Cortés was born in Medellín, in the province of Extremadura, in the Kingdom of Castile in Spain in 1485. His father, Martín Cortés de Monroy, born in 1449 to Rodrigo or Ruy Fernández de Monroy and his wife María Cortés, was an infantry captain of distinguished ancestry but slender means. Hernán’s mother was Catalina Pizarro Altamirano. Through his mother, Hernán was the second cousin once removed of Francisco Pizarro, who later conquered the Inca empire of modern-day Peru (not to be confused with another Francisco Pizarro who joined Cortés to conquer the Aztecs), through her parents Diego Altamirano and wife and cousin Leonor Sánchez Pizarro Altamirano, first cousin of Pizarro’s father.[2] Through his father, Hernán was a twice distant relative of Nicolás de Ovando y Cáceres, the third Governor of Hispaniola. His paternal grandfather was a son of Rodrigo de Monroy y Almaraz, 5th Lord of Monroy, and wife Mencía de Orellana y Carvajal. Hernán Cortés is described as a pale, sickly child by his biographer, chaplain, and friend Francisco López de Gómara. At the age of 14, Cortés was sent to study at the University of Salamanca in west-central Spain. This was Spain’s great center of learning, and while accounts vary as to the nature of Cortés’ studies, his later writings and actions suggest he studied Law and probably Latin. After two years, Cortés, tired of schooling, returned home to Medellín, much to the irritation of his parents, who had hoped to see him equipped for a profitable legal career. However, those two years at Salamanca, plus his long period of training and experience as a notary, first in Seville and later in Hispaniola, would give him a close acquaintance with the legal codes of Castile that helped him to justify his unauthorized conquest of Mexico. At this point in his life, Cortés was described by Gómara as restless, haughty, and mischievous.[3] This was probably a fair description of a sixteen-year-old boy who had returned home only to find himself frustrated by life in his small provincial town.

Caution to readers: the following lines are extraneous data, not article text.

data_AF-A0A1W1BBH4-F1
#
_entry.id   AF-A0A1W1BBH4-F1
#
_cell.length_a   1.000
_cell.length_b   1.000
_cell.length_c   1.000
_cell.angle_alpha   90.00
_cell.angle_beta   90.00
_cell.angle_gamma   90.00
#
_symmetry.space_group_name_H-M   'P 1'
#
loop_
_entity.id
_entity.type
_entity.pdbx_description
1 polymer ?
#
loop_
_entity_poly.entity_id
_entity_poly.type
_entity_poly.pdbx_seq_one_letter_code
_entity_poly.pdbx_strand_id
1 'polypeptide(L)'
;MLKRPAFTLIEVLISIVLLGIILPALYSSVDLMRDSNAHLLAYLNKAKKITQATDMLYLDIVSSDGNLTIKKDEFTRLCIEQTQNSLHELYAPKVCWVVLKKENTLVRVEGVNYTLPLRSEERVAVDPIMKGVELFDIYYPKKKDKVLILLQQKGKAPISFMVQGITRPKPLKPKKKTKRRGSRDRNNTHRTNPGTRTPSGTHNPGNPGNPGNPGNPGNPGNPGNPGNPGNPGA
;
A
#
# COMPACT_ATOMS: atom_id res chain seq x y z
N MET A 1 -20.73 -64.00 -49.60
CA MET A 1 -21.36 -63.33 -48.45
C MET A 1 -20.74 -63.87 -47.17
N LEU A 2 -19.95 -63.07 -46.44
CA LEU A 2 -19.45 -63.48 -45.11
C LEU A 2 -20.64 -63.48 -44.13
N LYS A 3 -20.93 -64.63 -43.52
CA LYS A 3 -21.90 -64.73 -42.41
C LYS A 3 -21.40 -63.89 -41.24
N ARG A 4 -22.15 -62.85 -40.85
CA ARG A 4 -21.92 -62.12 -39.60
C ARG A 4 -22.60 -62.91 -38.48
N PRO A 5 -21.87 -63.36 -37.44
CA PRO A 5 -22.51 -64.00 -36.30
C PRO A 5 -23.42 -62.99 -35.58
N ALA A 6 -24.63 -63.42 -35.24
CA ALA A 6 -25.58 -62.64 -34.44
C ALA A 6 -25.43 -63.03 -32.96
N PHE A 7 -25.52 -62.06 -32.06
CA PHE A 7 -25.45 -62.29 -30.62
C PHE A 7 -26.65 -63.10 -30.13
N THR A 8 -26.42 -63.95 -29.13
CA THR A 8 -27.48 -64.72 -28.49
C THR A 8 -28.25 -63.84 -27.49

Departure for the New World

Contemporary painting of Hernán Cortés. Plans were made for Cortés to sail to the Americas with a family acquaintance and distant relative, Nicolás de Ovando y Cáceres, the newly appointed governor of Hispaniola (currently Haiti and the Dominican Republic), but an injury he sustained while hurriedly escaping from the bedroom of a married woman from Medellín, prevented him from making the journey. Instead, he spent the next year wandering the country, probably spending most of his time in the heady atmosphere of Spain’s southern ports of Cadiz, Palos, Sanlucai, and Seville, listening to the tales of those returning from the Indies, who told of discovery and conquest, gold, Indians and strange unknown lands. He finally left for Hispaniola in 1504 where he became a colonist.[4]

Arrival
Cortés did not arrive in the "New World" until he finally succeeded in reaching Hispaniola in a ship commanded by Alonso Quintero, who tried to deceive his superiors and reach the New World before them in order to

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secure personal advantages. Quintero’s mutinous conduct may have served as a model for Cortés in his subsequent career. The history of the conquistadores is rife with accounts of rivalry, jockeying for positions, mutiny, and betrayal.[1] Upon his arrival in 1504 in Santo Domingo, the capital of Hispaniola, the eighteen-year-old Cortés registered as a citizen, which entitled him to a building plot and land to farm. Soon afterwards, Nicolás de Ovando, still the governor, gave him a repartimiento of Indians and made him a notary of the town of Azua de Compostela. His next five years seemed to help establish him in the colony; in 1506, Cortés took part in the conquest of Hispaniola and Cuba, receiving a large estate of land and Indian slaves for his efforts from the leader of the expedition.

Hernán Cortés